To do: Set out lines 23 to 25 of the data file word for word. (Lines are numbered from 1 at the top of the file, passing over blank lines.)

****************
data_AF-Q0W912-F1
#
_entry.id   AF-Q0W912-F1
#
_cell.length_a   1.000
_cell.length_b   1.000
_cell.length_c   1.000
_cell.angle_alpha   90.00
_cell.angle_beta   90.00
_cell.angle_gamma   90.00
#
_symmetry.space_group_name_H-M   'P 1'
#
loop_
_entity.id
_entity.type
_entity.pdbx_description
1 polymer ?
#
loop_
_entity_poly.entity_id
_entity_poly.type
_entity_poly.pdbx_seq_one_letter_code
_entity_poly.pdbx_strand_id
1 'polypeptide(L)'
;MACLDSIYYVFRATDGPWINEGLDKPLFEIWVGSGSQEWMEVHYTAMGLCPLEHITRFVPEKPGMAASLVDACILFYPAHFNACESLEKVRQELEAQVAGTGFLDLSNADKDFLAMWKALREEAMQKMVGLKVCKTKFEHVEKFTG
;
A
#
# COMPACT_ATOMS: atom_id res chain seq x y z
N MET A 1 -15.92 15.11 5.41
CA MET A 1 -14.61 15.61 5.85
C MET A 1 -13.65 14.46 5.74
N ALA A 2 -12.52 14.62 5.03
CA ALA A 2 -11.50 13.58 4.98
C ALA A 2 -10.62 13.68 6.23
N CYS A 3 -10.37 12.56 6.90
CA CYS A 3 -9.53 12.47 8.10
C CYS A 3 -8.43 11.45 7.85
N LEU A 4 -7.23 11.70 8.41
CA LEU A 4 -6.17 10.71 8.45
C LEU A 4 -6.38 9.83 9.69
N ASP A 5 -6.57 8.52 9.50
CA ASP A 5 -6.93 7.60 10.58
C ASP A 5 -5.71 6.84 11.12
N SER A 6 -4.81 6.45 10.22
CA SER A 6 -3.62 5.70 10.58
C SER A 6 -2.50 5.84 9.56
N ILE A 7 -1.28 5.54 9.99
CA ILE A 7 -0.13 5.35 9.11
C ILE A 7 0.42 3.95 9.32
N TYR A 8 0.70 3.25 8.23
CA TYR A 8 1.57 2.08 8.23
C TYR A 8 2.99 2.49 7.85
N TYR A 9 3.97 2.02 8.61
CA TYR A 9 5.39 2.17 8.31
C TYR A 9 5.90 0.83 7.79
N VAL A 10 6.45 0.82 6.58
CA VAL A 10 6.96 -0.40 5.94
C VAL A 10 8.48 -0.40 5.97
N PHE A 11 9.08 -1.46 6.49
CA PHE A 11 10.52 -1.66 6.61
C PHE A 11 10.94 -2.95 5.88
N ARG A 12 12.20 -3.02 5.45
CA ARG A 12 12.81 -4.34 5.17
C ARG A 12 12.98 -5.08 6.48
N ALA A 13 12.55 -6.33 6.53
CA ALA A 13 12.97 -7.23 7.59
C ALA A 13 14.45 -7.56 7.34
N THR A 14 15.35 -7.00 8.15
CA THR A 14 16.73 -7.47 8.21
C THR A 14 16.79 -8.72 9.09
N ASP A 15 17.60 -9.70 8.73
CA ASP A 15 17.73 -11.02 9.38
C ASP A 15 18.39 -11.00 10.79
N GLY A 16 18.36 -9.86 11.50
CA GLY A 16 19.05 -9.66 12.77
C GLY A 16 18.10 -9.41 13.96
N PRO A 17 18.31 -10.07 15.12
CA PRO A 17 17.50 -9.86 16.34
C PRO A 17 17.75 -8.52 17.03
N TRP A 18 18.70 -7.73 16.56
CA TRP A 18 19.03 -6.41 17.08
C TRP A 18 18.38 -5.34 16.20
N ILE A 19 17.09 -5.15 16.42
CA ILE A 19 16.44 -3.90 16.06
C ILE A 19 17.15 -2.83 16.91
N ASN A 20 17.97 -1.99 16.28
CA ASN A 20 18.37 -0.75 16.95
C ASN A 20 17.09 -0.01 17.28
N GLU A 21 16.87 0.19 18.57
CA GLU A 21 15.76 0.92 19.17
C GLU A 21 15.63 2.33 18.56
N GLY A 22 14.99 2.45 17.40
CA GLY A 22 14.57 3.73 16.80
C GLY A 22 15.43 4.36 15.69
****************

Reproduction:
_entity_poly.pdbx_seq_one_letter_code
_entity_poly.pdbx_strand_id
1 'polypeptide(L)'